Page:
Why We Should All Share in These Celebrations
Much of the opposition to equal rights for gays was downright spiteful
Tony Blair, Prime Minister, United Kingdom
December 21, 2005
Across the country this week, hundreds of couples will be celebrating a major milestone in their lives. They will be followed by thousands more in the coming months as same sex couples take the opportunity to gain legal recognition and protection for their relationship.
The Civil Partnership Act may not be the biggest change that this Government has brought in. But, by correcting an obvious injustice, removing fear and providing security, it will change the lives of tens of thousands of people for the better. It is also, importantly, another step towards the fairer, more tolerant country which this Labour Government pledged to build.
This landmark measure ends the situation where same-sex relationships were invisible in the eyes of the law, denied any recognition of their commitment. It gives gay and lesbian couples who register their relationship the same safeguards over inheritance, insurance and employment and pension benefits as married couples. No longer will same sex couples who have decided to share their lives fear they will be denied a say over the partnerís medical treatment or find themselves denied a home if their partner dies.
As you would expect from this New Labour Government, new rights and privileges are also matched by new responsibilities. Financial support will be expected to be provided for the coupleís children, for example, in the event of a breakdown in the relationship.
Such a wide-ranging reform was long overdue. By 1997, societyís attitudes to lesbian, gay and bisexual people had changed dramatically. There is, as we have seen already this week, still some opposition to these measures. But I donít believe these views reflect the opinions of the overwhelming majority of people in our country.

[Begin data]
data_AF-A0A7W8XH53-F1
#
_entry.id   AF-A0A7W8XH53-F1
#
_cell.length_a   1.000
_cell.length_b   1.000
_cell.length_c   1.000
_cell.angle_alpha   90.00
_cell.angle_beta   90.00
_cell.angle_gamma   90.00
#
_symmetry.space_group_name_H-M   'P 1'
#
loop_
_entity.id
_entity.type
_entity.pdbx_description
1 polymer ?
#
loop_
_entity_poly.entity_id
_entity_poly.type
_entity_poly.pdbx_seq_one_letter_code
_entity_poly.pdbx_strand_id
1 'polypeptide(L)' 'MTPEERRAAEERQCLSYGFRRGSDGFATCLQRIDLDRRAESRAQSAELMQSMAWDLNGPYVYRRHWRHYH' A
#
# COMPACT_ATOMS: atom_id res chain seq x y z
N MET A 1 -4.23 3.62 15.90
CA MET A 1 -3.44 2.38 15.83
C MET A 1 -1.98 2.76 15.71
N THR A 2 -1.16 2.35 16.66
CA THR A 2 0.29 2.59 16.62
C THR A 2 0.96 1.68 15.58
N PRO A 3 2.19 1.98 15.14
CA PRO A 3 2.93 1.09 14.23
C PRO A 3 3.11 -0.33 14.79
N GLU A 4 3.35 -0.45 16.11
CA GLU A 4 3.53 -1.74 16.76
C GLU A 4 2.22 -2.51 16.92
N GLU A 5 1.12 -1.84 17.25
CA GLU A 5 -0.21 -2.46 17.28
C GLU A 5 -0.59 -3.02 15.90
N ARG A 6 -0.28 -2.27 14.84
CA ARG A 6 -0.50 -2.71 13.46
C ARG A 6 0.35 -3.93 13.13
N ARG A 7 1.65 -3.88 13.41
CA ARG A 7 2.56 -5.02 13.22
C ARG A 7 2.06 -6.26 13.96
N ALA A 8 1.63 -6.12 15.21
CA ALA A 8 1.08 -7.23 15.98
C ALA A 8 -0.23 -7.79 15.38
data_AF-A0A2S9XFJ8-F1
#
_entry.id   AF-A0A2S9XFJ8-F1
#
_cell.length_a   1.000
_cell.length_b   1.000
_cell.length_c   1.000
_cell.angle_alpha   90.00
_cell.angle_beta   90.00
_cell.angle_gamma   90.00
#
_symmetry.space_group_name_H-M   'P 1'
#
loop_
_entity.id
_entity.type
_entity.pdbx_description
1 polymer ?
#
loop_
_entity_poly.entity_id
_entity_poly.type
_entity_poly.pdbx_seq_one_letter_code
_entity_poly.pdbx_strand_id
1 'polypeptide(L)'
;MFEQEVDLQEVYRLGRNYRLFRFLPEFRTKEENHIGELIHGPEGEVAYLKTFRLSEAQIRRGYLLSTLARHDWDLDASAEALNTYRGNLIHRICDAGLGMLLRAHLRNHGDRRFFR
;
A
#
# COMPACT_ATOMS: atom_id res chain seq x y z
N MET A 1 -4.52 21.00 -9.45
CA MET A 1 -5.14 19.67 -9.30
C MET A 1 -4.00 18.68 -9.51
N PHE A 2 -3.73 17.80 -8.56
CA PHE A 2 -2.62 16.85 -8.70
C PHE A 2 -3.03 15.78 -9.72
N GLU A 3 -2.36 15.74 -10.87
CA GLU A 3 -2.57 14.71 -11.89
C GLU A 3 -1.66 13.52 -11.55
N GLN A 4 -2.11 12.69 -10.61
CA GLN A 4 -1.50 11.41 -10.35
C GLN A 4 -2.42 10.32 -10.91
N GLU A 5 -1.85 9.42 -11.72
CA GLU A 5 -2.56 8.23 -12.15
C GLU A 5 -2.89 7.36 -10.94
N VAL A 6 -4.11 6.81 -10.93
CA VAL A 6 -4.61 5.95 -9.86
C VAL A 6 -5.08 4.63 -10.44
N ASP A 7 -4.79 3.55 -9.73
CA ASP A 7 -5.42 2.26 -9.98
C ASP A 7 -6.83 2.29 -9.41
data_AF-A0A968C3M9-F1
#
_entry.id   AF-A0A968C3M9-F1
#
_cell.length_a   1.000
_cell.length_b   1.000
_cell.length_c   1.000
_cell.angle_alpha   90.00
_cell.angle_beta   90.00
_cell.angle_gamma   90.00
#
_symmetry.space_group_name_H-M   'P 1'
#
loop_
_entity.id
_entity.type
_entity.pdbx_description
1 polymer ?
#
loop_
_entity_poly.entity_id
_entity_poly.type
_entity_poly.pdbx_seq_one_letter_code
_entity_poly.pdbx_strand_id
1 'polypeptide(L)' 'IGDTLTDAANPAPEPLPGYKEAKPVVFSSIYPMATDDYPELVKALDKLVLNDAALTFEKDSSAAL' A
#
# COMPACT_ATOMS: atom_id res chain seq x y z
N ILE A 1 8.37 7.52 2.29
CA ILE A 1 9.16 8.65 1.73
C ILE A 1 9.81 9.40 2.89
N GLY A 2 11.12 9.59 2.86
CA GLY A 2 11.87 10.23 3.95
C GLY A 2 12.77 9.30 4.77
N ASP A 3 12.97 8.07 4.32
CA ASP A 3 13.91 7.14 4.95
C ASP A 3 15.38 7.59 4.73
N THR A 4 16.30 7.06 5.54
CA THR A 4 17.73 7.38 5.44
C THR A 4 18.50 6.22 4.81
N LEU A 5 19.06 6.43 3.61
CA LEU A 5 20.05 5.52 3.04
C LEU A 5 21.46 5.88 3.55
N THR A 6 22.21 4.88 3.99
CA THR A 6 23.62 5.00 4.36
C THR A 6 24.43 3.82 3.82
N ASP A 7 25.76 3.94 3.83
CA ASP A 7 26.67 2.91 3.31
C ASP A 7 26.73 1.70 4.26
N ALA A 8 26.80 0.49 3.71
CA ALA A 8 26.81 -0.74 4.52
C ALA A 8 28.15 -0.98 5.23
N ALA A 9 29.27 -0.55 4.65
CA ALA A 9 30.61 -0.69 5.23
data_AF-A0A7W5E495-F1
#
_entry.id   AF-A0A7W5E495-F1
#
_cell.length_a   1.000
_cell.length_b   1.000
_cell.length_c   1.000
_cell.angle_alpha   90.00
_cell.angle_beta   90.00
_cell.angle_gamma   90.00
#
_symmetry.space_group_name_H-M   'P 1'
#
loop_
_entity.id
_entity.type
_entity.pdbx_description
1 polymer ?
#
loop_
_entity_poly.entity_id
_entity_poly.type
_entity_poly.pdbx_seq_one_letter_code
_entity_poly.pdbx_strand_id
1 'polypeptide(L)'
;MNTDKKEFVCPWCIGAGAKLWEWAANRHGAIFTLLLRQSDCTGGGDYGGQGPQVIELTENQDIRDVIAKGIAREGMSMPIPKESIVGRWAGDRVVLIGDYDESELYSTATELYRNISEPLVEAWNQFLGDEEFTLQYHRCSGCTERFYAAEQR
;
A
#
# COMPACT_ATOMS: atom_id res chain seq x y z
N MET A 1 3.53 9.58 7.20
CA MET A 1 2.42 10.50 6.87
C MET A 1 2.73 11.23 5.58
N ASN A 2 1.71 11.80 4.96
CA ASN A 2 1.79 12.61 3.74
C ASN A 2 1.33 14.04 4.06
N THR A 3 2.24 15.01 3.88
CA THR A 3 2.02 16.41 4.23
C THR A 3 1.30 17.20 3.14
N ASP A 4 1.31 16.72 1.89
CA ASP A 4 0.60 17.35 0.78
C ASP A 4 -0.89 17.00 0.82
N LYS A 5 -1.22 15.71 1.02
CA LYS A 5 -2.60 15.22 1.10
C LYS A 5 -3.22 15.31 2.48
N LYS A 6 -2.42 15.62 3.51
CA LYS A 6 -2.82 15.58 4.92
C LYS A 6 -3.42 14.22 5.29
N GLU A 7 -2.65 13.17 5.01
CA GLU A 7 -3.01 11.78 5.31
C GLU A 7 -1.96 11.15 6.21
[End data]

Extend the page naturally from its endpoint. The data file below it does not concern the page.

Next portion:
Past hostility and suspicions have been replaced with tolerance and understanding. Our laws and political culture, however, had simply not kept pace with these changes. So when we came to power, Britain still had an unequal age of consent and it was lawful to discriminate on the grounds of sexual orientation, religion and age.
It was something I was determined to help tackle. I was struck when I listened in the Commons to debates on the age of consent and other issues like this just how much of the opposition was based on prejudice which was very old-fashioned and, at times, downright spiteful. It seemed to me that a Labour Government committed to equality must take action.
In the last eight years, we have seen steady and, at times, remarkable progress. The age of consent for gay men has been equalised. Section 28, a law of which a great many Tory MPs were rightly ashamed but which they still put in place, has been repealed. Anti-gay discrimination in the workplace has been outlawed as it will soon be, we intend, in the provision of goods and services. From 1 January, gay and lesbian couples will be able to adopt children jointly for the first time.
I am proud it was this Labour Government that has brought in these modernising and fair measures ó and I canít imagine that any government will reverse them. I wouldnít pretend for a moment that MPs from other parties did not campaign for these changes. But I am convinced that we would not have come so far or so fast without the election of a Labour government determined to turn its words on an equal, opportunity society into action.
For the Civil Partnership Act helps highlight again this Governmentís determination to create a more modern, open, fairer and democratic country. Itís a commitment which can be seen in a wide array of measures, not all of which Independent readers may welcome as much as this Act. So along with the Freedom of Information Act, improved rights for parents at work, devolution for Scotland and Wales, better public services, and the creation of the new Commission for Equality and Human Rights, we have also seen new powers ó with more to come ó to tackle the antisocial behaviour that still blights too many communities. All are part of our central mission to provide security and opportunity for all.
They are having an impact. Britain is, in many different ways, a more modern, fairer and better place to live than it was. One of the greatest delights about Londonís winning bid for the 2012 Olympics was that the decision by the IOC was based, in no small part, on their recognition of the dynamism, strength, tolerance and diversity of our society.
There is, of course, no room for complacency. There is still too much injustice, discrimination and unfairness. But in ceremonies up and down the country this week, we can also see that, as a society and country, we continue to move in the right direction. Thatís a good enough reason for us all to celebrate.